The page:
A global affair told masterfully through music
Six years after the release of Anastasis, the British-Australian group Dead Can Dance is back with their ninth studio album Dionysus. The album is split into two acts which are then separated into different songs. The first act is separated into three parts; “Sea Borne,” “Liberator of Minds” and “Dance of the Bacchantes.” The second act is split into four parts; “The Mountain,” “The Invocation,” “The Forest” and “Psychopomp.”
Taking a step back from their more gothic vibe, Dionysus dives deep into the tribal roots of the world and tells the story of Dionysus, the God of wine and fertility. “Sea Borne” starts the first act off with a feeling of ritual as the protagonist of this long story makes his way to a new land. The sound of middle-eastern melodies is followed with the sound of ship sails flapping in the wind. Each environmental noise is slowly flushed out by the sound of building synthesizers and percussion.
The second song in the first act titled “Liberator Of Minds” is light on vocals as the story of Dionysus is continued. The use of earthy sounds and steady beats allow the listener to become one with the storyline and feel immersed. The first act ends with “Dance Of The Bacchantes” which becomes an exotic ride into another world. Dionysus has made it to this foreign land, and fierce instruments guide the listener through. Women’s vocals lay on top of nature’s sounds and instruments from different cultures that seem too obscure to know off hand. What starts as a steady beat quickly becomes a dance anthem.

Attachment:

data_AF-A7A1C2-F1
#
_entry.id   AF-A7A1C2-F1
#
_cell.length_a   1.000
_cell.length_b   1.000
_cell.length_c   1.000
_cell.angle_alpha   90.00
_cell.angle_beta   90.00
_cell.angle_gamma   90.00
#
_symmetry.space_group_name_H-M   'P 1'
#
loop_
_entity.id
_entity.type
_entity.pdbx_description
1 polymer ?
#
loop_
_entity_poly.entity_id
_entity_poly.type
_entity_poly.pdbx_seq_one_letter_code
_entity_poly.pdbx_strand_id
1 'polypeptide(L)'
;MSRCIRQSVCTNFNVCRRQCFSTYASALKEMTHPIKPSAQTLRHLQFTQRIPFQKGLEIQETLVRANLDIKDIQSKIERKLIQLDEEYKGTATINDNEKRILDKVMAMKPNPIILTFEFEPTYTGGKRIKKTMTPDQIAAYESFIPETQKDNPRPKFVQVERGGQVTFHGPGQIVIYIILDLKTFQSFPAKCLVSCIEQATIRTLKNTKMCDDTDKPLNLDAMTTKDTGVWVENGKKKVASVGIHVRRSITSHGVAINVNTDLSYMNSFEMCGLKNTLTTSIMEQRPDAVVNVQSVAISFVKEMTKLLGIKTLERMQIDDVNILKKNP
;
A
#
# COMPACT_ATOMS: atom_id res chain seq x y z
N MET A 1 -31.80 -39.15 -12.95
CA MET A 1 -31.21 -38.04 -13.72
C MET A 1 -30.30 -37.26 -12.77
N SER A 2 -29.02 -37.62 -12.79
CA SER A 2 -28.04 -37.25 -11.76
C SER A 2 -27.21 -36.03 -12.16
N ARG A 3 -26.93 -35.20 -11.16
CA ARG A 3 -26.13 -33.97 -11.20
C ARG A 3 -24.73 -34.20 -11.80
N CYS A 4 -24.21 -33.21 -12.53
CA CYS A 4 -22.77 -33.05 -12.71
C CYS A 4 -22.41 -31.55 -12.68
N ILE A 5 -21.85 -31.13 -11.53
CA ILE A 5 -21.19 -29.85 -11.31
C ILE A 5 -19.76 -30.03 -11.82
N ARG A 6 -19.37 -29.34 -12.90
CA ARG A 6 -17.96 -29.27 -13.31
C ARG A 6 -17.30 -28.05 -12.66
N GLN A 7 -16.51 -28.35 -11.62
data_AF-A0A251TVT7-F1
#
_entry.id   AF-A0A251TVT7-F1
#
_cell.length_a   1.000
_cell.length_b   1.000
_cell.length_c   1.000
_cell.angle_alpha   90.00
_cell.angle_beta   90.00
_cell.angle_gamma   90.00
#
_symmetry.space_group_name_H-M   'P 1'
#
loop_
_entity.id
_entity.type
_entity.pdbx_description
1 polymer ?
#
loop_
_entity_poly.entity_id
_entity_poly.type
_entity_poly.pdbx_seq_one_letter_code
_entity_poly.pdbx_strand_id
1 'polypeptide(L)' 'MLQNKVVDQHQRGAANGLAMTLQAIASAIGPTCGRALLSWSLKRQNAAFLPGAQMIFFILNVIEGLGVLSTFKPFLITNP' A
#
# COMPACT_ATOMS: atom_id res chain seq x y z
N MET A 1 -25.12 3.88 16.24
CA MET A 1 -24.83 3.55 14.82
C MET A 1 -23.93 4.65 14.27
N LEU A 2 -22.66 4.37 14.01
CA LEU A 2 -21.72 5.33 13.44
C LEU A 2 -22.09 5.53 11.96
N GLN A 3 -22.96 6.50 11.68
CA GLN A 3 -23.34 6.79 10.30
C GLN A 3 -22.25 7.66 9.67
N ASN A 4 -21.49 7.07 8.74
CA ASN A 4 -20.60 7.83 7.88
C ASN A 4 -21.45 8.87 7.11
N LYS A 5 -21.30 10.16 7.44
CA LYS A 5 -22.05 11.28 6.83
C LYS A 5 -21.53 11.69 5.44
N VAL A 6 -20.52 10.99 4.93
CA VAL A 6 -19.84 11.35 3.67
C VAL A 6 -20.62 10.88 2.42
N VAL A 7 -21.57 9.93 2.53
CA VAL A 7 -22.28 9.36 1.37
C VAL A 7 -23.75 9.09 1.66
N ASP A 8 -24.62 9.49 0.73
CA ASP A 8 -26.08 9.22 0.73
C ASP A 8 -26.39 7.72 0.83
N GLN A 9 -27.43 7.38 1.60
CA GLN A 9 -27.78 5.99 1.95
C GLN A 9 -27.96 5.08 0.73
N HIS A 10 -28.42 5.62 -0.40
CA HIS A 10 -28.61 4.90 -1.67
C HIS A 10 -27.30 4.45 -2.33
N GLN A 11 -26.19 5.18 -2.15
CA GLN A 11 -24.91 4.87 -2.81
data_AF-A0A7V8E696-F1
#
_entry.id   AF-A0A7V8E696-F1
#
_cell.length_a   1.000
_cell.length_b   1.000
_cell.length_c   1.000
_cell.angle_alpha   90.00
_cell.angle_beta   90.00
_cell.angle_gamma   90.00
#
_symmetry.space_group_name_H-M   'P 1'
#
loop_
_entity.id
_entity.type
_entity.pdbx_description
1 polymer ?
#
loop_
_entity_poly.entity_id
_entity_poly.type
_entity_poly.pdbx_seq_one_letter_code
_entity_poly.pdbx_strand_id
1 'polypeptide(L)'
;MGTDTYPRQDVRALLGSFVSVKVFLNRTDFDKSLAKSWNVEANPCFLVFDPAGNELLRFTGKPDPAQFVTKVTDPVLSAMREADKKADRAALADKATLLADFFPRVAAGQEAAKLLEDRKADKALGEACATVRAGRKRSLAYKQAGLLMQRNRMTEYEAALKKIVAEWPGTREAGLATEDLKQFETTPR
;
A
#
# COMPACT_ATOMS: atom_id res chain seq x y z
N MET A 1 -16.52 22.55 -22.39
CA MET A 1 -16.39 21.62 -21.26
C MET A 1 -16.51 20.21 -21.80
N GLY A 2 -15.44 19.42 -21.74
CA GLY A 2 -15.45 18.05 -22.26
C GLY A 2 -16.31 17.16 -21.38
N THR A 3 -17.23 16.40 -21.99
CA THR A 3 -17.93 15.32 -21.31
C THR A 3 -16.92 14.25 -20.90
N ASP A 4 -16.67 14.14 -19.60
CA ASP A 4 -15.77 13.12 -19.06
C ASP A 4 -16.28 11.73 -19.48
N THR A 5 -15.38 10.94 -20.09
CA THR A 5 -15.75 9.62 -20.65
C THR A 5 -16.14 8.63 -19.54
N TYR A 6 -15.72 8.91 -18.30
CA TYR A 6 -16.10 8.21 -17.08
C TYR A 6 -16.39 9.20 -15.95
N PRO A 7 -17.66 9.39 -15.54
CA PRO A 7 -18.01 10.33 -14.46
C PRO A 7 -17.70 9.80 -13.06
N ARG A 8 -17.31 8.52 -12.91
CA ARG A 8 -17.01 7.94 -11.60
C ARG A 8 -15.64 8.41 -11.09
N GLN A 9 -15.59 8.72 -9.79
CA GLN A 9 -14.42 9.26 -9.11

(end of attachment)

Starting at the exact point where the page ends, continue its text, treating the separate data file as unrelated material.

The second act is greeted with flutes and synths as “The Mountain” gets underway. As the first track in the second act takes the listener through the life of Dionysus, bagpipes guide the listener from start to finish. The spiritual and refreshing track sinks right into “The Invocation” as both parties of Dead Can Dance, Brendan Perry and Lisa Gerrard, harmonize into what sounds like a made-up language. The tracks come to an end with the help of rural farm noises bring a calming peace.
“The Forest” and “Psychopomp” both bring the second act to an end. Keyboards, flutes and steady-building bass help lead not only Dionysus but the listener into the last few minutes of the album. The rituals and ceremonies begin to come to a close and the sounds of the foreign worlds begin to fade. The subdued track allows the whole story to be able to come to a halt without forgetting a single detail. The short two-act album brings a global feel, traditional elements and a psychedelic vibe all together in complete harmony.